After some general pieces about La Belle Hélène and its creators, I’m very pleased to say that this latest report is more specifically about Bristol Opera’s own current production, which is now up and running and being energetically rehearsed.

Last week we concentrated on the Finale of Offenbach’s first act. All three acts end with a large-scale scene involving all the characters and leading up to a grand climax. In the Act One Finale the scheming Prince Paris is determined to seduce the beautiful Helen – the prize awarded him by Venus, the goddess of love, for choosing her to win the beauty contest among the goddesses and giving her the golden apple as a token of his choice.

Helen is of course aware of this story and knows that the apple is the symbol of Paris’ devotion to Venus. When Paris starts the Finale by revealing his true identity, Helen cannot help exclaiming that he is – in the original French – «l’homme à la pomme»! French is lucky that «homme» and «pomme» can form a neat internal rhyme in one short phrase, so we were keen that English could provide an equally neat alternative. Luckily, it can: «chap» can rhyme with the «ap» in «apple» and create exactly the same effect as the original French words. Instead of involuntarily blurting out «l’homme à la pomme», our Helen can say «Oh dear! Chap with the apple!»

This is important because Helen does not just sing the phrase once. Oh no, she repeats it almost indefinitely in a display of increasingly spectacular vocal fireworks. Offenbach is here observing an operatic convention which no composer in the nineteenth century could ignore and get away with it. This was a device known as a largo concertato, a passage in which the action is held up while the characters express their innermost thoughts to themselves or aside to the audience. Needless to say, Offenbach takes this convention and makes fun of it as only he can. Helen repeats the phrase ever more thrillingly, but Offenbach turns it into a cheesy waltz which sucks in the other characters and the chorus to be Helen’s backing group, oompahing away underneath her stratospheric soprano line. The result is at the same time very operatic in the grand style and extremely silly – typical of the work as a whole, which demands some serious operatic singing but refuses to take itself too seriously!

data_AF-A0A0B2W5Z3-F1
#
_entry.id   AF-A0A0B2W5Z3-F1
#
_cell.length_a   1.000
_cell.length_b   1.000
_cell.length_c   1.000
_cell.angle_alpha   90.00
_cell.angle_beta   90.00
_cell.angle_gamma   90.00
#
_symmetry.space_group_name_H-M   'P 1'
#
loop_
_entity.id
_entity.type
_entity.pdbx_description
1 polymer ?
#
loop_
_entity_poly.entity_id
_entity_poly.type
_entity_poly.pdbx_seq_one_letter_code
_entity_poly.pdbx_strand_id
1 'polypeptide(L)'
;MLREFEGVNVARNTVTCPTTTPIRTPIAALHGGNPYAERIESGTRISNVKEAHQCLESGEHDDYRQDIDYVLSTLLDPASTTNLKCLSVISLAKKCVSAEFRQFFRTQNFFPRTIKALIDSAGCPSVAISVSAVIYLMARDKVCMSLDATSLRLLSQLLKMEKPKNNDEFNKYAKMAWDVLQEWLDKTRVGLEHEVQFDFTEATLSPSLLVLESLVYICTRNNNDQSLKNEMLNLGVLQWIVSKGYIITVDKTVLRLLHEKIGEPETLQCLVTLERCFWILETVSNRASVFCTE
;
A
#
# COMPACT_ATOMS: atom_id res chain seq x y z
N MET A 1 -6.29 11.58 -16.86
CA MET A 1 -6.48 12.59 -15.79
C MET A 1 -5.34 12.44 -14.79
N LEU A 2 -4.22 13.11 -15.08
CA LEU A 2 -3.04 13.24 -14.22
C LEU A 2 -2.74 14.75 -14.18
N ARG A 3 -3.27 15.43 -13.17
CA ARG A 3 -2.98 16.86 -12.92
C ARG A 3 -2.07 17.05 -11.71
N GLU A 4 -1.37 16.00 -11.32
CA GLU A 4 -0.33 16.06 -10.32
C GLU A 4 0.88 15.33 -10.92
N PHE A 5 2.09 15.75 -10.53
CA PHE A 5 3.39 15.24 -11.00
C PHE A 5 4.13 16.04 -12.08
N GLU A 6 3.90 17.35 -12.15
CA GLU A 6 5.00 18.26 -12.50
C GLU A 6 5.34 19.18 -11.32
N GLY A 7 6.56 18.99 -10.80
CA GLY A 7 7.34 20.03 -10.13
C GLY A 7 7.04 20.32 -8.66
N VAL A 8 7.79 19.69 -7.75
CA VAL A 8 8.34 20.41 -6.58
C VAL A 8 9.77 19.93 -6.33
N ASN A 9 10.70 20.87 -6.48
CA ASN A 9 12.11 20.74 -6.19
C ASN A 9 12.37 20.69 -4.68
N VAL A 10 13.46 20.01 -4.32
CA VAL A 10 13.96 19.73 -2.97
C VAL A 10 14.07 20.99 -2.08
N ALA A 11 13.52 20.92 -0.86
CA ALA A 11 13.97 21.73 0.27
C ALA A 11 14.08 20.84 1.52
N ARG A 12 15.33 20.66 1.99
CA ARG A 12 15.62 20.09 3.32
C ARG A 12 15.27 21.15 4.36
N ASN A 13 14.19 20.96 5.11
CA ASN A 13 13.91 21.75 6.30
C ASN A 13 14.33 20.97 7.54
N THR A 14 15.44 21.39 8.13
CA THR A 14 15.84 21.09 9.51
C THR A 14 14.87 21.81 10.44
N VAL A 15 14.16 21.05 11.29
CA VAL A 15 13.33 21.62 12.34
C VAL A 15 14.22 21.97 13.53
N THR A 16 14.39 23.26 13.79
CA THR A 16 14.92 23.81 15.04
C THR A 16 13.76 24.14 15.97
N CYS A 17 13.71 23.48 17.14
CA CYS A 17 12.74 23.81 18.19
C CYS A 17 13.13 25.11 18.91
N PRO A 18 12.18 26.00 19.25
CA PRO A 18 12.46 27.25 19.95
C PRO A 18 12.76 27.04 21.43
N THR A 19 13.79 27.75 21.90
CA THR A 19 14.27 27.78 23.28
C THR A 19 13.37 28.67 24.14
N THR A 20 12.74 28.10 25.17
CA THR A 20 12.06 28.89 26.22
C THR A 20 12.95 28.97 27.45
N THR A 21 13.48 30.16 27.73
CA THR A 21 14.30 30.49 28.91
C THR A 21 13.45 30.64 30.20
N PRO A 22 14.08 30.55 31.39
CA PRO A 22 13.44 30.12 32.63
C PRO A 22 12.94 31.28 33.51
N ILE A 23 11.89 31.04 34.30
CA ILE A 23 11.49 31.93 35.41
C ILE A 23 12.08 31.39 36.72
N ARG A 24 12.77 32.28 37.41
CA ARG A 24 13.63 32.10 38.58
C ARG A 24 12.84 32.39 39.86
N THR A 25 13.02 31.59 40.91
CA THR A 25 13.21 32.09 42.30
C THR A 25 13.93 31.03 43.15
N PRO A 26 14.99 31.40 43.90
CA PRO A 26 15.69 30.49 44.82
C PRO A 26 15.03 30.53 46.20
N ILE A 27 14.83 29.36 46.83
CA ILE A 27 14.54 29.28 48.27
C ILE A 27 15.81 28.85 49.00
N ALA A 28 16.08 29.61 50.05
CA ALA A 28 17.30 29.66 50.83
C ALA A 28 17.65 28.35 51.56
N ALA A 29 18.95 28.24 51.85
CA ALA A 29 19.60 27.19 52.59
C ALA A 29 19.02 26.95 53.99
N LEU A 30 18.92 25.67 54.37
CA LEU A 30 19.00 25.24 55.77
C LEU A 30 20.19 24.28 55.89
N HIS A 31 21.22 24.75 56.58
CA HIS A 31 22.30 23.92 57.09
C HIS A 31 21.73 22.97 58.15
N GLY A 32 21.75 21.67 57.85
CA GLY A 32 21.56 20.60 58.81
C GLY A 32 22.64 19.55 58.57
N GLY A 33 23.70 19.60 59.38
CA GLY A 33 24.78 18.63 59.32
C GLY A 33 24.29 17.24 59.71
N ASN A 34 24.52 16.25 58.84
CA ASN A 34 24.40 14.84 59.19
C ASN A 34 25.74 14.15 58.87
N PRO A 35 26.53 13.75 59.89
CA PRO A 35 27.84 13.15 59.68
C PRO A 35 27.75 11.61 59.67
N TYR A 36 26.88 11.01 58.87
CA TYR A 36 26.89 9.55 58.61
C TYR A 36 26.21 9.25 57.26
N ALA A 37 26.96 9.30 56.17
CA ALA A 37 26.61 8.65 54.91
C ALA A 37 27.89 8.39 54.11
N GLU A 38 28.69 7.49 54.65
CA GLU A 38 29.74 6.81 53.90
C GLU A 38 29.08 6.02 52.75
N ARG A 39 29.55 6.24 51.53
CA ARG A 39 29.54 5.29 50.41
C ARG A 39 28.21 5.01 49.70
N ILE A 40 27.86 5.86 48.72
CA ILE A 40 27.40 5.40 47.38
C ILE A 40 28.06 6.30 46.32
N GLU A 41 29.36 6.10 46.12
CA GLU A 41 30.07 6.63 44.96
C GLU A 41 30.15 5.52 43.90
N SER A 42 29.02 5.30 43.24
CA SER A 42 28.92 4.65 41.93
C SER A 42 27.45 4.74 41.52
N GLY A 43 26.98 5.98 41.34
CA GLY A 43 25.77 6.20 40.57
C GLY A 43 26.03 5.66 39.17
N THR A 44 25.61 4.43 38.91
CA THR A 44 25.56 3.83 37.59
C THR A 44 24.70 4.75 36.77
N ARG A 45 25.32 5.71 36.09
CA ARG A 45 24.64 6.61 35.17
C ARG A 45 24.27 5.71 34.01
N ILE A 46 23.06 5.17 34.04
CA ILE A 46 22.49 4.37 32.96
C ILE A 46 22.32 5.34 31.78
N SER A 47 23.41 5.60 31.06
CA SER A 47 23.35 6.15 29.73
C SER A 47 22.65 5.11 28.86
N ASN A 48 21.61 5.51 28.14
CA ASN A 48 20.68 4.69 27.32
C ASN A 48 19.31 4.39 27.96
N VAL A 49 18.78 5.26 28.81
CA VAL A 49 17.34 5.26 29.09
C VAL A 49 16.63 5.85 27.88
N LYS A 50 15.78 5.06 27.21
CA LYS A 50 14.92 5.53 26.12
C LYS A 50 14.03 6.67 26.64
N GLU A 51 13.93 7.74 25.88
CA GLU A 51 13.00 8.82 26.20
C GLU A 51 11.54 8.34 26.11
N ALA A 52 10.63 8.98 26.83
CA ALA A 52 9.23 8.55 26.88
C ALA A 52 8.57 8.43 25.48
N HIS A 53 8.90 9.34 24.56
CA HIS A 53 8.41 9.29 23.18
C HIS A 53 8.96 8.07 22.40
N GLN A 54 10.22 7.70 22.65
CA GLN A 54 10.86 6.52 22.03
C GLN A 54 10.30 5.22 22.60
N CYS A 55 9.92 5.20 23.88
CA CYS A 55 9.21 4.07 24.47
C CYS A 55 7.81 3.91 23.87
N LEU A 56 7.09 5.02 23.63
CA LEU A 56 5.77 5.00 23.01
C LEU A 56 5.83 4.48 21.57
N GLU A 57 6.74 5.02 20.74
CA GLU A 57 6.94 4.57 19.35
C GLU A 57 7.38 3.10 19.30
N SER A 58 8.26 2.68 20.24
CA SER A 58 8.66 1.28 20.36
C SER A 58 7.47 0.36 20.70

More next time about what happens when the chap-with-the-apple sequence has burned itself out!

Written by Graham Billing, co-director of La Belle Hélène.

I realise that, although I have been endeavouring in these messages to explain what Offenbach and his librettists did to make their story-line so funny and so irreverent, I haven’t yet said a word about any of the music!

So what is it like? Is La Belle Hélène the sort of show where you come out humming the tunes? Oh yes, definitely, and more than that, you’re likely to find the blessed things going round in your head for ever. Offenbach had scraped a living when he first arrived in Paris from Germany by playing the cello in theatre pit bands, so he developed a sound sense of what would actually work.

A French friend of mine arrived in my house not long ago just as my kitchen CD player was blasting out the march to which the Greek Kings make their first appearance. Oh, said my friend, I know this tune from my childhood – it was used in a TV advertisement for toasters!

Would Offenbach have been pleased or appalled to learn the fate of his melody? Probably the former, as he wasn’t averse to his music enjoying commercial success. The march tune is in any case a hugely successful piece of musical theatre, bouncing jauntily along to accompany the very witty words with which the Kings introduce themselves. I defy anyone not to be whistling it the morning after seeing the show.

Two other tunes that are likely to embed themselves in the memory are the seductive waltz sung by Paris as he tells Helen about the beauty contest with the three goddesses [I even have a vintage recording of it sung in Swedish, such is its popularity] and another sweeping waltz tune which turns up in the Act Two Finale, sung first by Helen as she warns her lover Paris to beware the wrath of the Greek Kings and then taken up by the entire company.

Experience these ravishing tunes for yourselves when you see [as I’m sure you will] Bristol Opera’s production and ponder on the fact that Offenbach’s great secret is his ability to write music that you think you’ve heard before even if you haven’t!